mattias malk

  

Spaesamento could be interpreted as feeling at home and not yet home anywhere, free from nostalgia for places. Out of place, uprooted or a complete loss of personal direction as opposed to being safe, casual or set. As such spaesamento describes much of the anxiety around identity that defines life in modern cities. Cities in which place, memory and rootedness are constantly subject to the effects of accelerating mobility and the accumulation of capital is the main criteria of success.

 

Cascina Gobba takes its name from the farmhouses that defined the area in the beginning of the 1900s. Already by the 1960s there was very little left of the agricultural past. In the wake of the booming economy industry stepped in bringing with it major infrastructural projects, including the ring road and underground which effectively wiped much Cascina Gobba off the map. The remaining fragments were separated from each other as well as from the rest of Milan by the very infrastructural projects that were put in place for the increased mobility.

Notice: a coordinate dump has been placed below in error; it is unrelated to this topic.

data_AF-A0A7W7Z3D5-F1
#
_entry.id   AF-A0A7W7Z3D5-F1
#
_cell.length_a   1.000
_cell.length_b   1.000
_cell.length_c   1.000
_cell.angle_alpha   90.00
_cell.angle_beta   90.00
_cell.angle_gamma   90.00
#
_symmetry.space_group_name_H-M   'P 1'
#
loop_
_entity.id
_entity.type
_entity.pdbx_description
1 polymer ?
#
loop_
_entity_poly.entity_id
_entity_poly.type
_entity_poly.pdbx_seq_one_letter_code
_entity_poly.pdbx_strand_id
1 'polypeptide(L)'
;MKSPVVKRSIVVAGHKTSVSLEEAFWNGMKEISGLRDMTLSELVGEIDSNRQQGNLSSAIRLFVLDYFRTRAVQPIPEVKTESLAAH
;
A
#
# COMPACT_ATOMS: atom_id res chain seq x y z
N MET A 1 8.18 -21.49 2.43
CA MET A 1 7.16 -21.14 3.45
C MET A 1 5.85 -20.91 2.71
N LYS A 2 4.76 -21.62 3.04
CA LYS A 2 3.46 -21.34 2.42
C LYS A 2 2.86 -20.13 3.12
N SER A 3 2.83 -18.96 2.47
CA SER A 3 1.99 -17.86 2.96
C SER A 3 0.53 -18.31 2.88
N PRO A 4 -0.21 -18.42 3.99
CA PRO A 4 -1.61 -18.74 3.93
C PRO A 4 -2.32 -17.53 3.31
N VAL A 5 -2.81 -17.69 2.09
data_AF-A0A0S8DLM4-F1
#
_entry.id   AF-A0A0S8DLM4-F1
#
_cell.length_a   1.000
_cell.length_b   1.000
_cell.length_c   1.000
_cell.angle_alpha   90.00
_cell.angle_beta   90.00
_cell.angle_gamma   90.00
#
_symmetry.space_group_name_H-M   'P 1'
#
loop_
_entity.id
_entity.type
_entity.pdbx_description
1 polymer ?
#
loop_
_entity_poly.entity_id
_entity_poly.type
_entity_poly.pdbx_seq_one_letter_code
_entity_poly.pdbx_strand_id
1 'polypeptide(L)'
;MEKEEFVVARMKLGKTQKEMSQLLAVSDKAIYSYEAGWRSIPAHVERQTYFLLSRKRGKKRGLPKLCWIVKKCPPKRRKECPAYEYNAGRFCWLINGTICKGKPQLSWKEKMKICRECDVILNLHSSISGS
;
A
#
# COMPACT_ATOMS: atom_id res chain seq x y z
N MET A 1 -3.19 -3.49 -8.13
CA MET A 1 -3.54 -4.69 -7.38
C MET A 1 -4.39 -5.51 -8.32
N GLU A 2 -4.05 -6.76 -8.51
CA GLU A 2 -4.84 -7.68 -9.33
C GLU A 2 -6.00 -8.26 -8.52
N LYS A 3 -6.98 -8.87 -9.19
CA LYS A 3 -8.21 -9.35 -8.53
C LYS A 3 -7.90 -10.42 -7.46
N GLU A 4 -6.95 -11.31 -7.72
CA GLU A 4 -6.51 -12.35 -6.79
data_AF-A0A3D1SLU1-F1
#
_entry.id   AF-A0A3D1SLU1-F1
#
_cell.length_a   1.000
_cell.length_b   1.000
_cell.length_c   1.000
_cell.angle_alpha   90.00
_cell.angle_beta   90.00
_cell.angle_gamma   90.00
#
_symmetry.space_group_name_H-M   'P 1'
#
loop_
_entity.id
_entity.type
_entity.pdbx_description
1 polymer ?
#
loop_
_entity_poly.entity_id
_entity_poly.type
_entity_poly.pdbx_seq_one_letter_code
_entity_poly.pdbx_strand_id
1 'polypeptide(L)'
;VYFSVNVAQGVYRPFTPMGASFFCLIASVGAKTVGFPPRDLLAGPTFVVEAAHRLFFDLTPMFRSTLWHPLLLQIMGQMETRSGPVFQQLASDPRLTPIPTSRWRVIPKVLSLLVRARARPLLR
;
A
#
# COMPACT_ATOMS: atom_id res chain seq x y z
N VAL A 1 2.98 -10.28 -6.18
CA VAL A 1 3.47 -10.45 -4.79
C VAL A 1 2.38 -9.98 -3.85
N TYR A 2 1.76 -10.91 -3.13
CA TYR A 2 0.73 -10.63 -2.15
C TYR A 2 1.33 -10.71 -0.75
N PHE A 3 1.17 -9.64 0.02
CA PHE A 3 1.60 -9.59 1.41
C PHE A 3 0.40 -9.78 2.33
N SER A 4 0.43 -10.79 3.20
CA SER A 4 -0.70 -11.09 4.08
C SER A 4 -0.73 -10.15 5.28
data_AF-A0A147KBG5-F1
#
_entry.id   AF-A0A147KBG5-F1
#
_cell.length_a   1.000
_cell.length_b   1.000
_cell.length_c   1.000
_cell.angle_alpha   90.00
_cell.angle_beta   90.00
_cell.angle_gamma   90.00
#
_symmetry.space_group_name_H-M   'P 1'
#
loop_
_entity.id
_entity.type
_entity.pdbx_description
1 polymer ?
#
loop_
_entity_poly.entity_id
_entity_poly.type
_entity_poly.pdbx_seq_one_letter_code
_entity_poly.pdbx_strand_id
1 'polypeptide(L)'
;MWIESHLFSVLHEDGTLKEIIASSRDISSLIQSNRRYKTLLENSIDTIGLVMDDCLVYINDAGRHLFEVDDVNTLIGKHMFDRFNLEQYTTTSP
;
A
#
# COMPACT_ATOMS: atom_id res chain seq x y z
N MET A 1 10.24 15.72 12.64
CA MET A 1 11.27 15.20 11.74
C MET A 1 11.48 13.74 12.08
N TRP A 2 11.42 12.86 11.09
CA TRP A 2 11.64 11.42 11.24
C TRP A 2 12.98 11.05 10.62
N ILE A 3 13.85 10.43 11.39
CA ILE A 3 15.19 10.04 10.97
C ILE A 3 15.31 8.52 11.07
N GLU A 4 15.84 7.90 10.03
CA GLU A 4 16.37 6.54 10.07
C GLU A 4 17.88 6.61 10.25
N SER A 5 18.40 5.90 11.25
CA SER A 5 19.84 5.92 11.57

Contemporary Cascina Gobba is nearly synonymous with the railway station. For many years it was also the point of arrival for many immigrants from Eastern Europe and the location of a bustling market. Now the buses no longer arrive and the market is gone but the area is still home to many immigrants.

 

The project aims to reroot the origins of Cascina Gobba by the recreation of a farm. Although symbolic, the three furrows full of seeds and seedlings serve as a diy memorial. Not as much to to Cascina Gobba specifically but to the struggle against forgetting, being uprooted and discarded. The site, surrounded and defined by intense mobility, recovers a once familiar part of itself. A slower way of being in transit - one which has a human scale.

 

Built with Berta.me